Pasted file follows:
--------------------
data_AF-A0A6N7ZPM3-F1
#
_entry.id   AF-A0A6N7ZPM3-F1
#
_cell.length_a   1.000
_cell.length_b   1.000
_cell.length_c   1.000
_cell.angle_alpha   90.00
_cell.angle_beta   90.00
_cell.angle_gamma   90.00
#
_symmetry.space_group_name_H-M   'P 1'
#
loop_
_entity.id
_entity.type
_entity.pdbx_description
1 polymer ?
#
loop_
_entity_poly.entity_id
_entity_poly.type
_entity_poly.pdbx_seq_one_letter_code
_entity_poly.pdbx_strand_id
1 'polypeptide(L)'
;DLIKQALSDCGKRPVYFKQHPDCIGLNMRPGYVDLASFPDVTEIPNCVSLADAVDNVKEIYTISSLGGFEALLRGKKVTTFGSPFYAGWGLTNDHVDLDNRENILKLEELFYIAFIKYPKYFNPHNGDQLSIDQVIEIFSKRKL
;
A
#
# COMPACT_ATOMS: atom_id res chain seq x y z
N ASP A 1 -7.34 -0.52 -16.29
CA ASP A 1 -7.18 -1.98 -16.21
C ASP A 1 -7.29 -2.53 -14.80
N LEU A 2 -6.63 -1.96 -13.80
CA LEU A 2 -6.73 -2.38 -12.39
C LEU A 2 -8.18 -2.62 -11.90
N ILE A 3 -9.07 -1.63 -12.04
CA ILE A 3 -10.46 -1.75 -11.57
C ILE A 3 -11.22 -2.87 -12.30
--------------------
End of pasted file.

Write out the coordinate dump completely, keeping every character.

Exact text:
data_AF-A0A6N7ZPM3-F1
#
_entry.id   AF-A0A6N7ZPM3-F1
#
_cell.length_a   1.000
_cell.length_b   1.000
_cell.length_c   1.000
_cell.angle_alpha   90.00
_cell.angle_beta   90.00
_cell.angle_gamma   90.00
#
_symmetry.space_group_name_H-M   'P 1'
#
loop_
_entity.id
_entity.type
_entity.pdbx_description
1 polymer ?
#
loop_
_entity_poly.entity_id
_entity_poly.type
_entity_poly.pdbx_seq_one_letter_code
_entity_poly.pdbx_strand_id
1 'polypeptide(L)'
;DLIKQALSDCGKRPVYFKQHPDCIGLNMRPGYVDLASFPDVTEIPNCVSLADAVDNVKEIYTISSLGGFEALLRGKKVTTFGSPFYAGWGLTNDHVDLDNRENILKLEELFYIAFIKYPKYFNPHNGDQLSIDQVIEIFSKRKL
;
A
#
# COMPACT_ATOMS: atom_id res chain seq x y z
N ASP A 1 -7.34 -0.52 -16.29
CA ASP A 1 -7.18 -1.98 -16.21
C ASP A 1 -7.29 -2.53 -14.80
N LEU A 2 -6.63 -1.96 -13.80
CA LEU A 2 -6.73 -2.38 -12.39
C LEU A 2 -8.18 -2.62 -11.90
N ILE A 3 -9.07 -1.63 -12.04
CA ILE A 3 -10.46 -1.75 -11.57
C ILE A 3 -11.22 -2.87 -12.30